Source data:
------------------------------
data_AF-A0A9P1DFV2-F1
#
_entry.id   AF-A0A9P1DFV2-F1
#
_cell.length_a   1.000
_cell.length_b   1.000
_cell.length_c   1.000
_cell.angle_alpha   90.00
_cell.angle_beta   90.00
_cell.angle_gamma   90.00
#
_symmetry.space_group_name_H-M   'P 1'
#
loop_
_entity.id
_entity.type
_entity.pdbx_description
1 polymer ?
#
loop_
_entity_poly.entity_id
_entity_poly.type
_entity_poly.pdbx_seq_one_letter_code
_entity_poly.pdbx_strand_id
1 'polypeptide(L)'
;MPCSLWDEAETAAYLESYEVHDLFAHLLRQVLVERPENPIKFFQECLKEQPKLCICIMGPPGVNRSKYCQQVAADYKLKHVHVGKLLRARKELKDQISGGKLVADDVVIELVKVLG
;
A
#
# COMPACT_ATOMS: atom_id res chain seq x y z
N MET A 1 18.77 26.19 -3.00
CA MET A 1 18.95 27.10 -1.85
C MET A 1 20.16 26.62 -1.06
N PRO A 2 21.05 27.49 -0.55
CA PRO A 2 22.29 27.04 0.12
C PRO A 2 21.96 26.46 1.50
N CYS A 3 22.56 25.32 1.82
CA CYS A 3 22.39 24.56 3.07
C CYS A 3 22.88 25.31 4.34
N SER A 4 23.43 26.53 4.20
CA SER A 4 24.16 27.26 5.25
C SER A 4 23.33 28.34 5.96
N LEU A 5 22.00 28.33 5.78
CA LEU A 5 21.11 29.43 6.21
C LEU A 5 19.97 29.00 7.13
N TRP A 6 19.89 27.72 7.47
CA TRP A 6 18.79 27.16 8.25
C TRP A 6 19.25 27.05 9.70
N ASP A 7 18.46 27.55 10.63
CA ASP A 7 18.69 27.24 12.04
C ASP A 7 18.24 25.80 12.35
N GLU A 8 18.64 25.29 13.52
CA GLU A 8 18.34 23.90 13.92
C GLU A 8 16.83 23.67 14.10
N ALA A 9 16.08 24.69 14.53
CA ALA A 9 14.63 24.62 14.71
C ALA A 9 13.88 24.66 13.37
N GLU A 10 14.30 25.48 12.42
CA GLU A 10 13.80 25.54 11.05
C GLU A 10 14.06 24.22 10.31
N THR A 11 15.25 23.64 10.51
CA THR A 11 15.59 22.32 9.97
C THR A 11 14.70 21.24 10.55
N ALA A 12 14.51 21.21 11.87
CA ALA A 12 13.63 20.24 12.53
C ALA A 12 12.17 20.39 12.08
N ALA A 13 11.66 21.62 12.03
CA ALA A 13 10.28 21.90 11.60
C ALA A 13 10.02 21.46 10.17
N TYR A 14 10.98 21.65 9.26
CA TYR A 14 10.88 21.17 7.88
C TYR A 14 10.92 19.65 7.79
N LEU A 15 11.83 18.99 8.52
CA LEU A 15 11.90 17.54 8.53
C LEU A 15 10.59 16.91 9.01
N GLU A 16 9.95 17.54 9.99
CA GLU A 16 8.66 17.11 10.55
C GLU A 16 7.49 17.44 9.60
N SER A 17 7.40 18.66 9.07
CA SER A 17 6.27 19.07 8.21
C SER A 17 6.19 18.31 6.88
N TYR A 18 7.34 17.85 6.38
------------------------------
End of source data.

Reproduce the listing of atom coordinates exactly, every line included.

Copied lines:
data_AF-A0A9P1DFV2-F1
#
_entry.id   AF-A0A9P1DFV2-F1
#
_cell.length_a   1.000
_cell.length_b   1.000
_cell.length_c   1.000
_cell.angle_alpha   90.00
_cell.angle_beta   90.00
_cell.angle_gamma   90.00
#
_symmetry.space_group_name_H-M   'P 1'
#
loop_
_entity.id
_entity.type
_entity.pdbx_description
1 polymer ?
#
loop_
_entity_poly.entity_id
_entity_poly.type
_entity_poly.pdbx_seq_one_letter_code
_entity_poly.pdbx_strand_id
1 'polypeptide(L)'
;MPCSLWDEAETAAYLESYEVHDLFAHLLRQVLVERPENPIKFFQECLKEQPKLCICIMGPPGVNRSKYCQQVAADYKLKHVHVGKLLRARKELKDQISGGKLVADDVVIELVKVLG
;
A
#
# COMPACT_ATOMS: atom_id res chain seq x y z
N MET A 1 18.77 26.19 -3.00
CA MET A 1 18.95 27.10 -1.85
C MET A 1 20.16 26.62 -1.06
N PRO A 2 21.05 27.49 -0.55
CA PRO A 2 22.29 27.04 0.12
C PRO A 2 21.96 26.46 1.50
N CYS A 3 22.56 25.32 1.82
CA CYS A 3 22.39 24.56 3.07
C CYS A 3 22.88 25.31 4.34
N SER A 4 23.43 26.53 4.20
CA SER A 4 24.16 27.26 5.25
C SER A 4 23.33 28.34 5.96
N LEU A 5 22.00 28.33 5.78
CA LEU A 5 21.11 29.43 6.21
C LEU A 5 19.97 29.00 7.13
N TRP A 6 19.89 27.72 7.47
CA TRP A 6 18.79 27.16 8.25
C TRP A 6 19.25 27.05 9.70
N ASP A 7 18.46 27.55 10.63
CA ASP A 7 18.69 27.24 12.04
C ASP A 7 18.24 25.80 12.35
N GLU A 8 18.64 25.29 13.52
CA GLU A 8 18.34 23.90 13.92
C GLU A 8 16.83 23.67 14.10
N ALA A 9 16.08 24.69 14.53
CA ALA A 9 14.63 24.62 14.71
C ALA A 9 13.88 24.66 13.37
N GLU A 10 14.30 25.48 12.42
CA GLU A 10 13.80 25.54 11.05
C GLU A 10 14.06 24.22 10.31
N THR A 11 15.25 23.64 10.51
CA THR A 11 15.59 22.32 9.97
C THR A 11 14.70 21.24 10.55
N ALA A 12 14.51 21.21 11.87
CA ALA A 12 13.63 20.24 12.53
C ALA A 12 12.17 20.39 12.08
N ALA A 13 11.66 21.62 12.03
CA ALA A 13 10.28 21.90 11.60
C ALA A 13 10.02 21.46 10.17
N TYR A 14 10.98 21.65 9.26
CA TYR A 14 10.88 21.17 7.88
C TYR A 14 10.92 19.65 7.79
N LEU A 15 11.83 18.99 8.52
CA LEU A 15 11.90 17.54 8.53
C LEU A 15 10.59 16.91 9.01
N GLU A 16 9.95 17.54 9.99
CA GLU A 16 8.66 17.11 10.55
C GLU A 16 7.49 17.44 9.60
N SER A 17 7.40 18.66 9.07
CA SER A 17 6.27 19.07 8.21
C SER A 17 6.19 18.31 6.88
N TYR A 18 7.34 17.85 6.38